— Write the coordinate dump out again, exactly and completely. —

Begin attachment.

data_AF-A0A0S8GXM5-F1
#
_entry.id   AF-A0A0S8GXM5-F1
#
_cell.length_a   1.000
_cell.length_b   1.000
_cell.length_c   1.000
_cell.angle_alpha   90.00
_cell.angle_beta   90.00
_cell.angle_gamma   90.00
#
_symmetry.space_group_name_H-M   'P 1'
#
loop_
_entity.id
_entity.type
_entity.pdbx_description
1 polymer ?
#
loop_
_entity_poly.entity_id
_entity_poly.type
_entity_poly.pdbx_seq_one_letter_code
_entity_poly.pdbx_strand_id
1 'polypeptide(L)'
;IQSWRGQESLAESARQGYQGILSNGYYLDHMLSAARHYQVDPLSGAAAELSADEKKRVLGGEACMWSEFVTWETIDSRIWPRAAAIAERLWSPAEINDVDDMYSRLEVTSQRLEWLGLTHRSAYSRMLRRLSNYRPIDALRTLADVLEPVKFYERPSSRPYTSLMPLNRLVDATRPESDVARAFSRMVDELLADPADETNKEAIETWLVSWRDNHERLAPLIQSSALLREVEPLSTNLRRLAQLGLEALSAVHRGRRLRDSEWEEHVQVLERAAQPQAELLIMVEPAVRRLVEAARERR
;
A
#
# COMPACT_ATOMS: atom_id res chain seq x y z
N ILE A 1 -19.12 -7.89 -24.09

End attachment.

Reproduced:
data_AF-A0A0S8GXM5-F1
#
_entry.id   AF-A0A0S8GXM5-F1
#
_cell.length_a   1.000
_cell.length_b   1.000
_cell.length_c   1.000
_cell.angle_alpha   90.00
_cell.angle_beta   90.00
_cell.angle_gamma   90.00
#
_symmetry.space_group_name_H-M   'P 1'
#
loop_
_entity.id
_entity.type
_entity.pdbx_description
1 polymer ?
#
loop_
_entity_poly.entity_id
_entity_poly.type
_entity_poly.pdbx_seq_one_letter_code
_entity_poly.pdbx_strand_id
1 'polypeptide(L)'
;IQSWRGQESLAESARQGYQGILSNGYYLDHMLSAARHYQVDPLSGAAAELSADEKKRVLGGEACMWSEFVTWETIDSRIWPRAAAIAERLWSPAEINDVDDMYSRLEVTSQRLEWLGLTHRSAYSRMLRRLSNYRPIDALRTLADVLEPVKFYERPSSRPYTSLMPLNRLVDATRPESDVARAFSRMVDELLADPADETNKEAIETWLVSWRDNHERLAPLIQSSALLREVEPLSTNLRRLAQLGLEALSAVHRGRRLRDSEWEEHVQVLERAAQPQAELLIMVEPAVRRLVEAARERR
;
A
#
# COMPACT_ATOMS: atom_id res chain seq x y z
N ILE A 1 -19.12 -7.89 -24.09